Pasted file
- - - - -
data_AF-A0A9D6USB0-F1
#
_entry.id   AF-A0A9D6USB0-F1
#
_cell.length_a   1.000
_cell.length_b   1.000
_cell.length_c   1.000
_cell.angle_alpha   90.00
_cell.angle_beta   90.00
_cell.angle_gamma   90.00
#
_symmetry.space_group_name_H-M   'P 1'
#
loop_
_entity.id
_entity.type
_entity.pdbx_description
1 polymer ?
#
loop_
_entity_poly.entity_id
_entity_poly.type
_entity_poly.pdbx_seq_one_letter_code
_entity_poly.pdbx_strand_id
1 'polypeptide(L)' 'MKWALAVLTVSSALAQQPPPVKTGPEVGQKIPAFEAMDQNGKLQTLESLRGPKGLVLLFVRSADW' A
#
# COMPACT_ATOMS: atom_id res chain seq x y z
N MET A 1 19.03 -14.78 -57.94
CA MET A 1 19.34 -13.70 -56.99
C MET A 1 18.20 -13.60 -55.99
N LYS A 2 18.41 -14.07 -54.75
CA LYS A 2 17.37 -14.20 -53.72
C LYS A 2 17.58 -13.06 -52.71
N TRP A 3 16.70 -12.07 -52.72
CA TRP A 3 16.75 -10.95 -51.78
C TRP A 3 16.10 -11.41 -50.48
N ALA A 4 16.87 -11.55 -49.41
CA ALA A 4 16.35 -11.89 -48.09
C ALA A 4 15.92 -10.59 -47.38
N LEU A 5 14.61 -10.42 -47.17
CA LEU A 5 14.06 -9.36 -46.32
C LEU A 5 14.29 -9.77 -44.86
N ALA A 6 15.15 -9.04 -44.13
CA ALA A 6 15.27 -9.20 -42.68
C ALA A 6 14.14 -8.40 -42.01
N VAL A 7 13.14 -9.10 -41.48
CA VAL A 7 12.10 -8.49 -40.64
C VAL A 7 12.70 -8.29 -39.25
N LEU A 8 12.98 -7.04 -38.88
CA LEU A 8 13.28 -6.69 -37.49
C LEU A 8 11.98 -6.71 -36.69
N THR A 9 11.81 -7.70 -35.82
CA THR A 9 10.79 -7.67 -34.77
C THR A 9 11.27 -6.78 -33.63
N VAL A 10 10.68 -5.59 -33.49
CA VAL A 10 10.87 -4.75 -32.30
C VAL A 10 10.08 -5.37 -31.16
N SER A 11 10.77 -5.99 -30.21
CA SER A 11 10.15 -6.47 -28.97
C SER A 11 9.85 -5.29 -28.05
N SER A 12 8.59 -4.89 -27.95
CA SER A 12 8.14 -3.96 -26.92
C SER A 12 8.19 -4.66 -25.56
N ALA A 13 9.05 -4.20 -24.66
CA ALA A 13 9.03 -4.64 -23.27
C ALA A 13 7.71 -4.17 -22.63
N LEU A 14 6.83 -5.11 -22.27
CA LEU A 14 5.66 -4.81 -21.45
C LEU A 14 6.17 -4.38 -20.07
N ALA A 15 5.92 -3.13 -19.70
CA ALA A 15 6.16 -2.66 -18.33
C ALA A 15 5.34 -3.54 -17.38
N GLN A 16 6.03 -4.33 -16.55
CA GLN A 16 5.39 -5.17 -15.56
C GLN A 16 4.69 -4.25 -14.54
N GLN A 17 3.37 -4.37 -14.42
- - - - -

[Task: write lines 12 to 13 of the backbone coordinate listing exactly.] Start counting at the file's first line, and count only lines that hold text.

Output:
_symmetry.space_group_name_H-M   'P 1'
#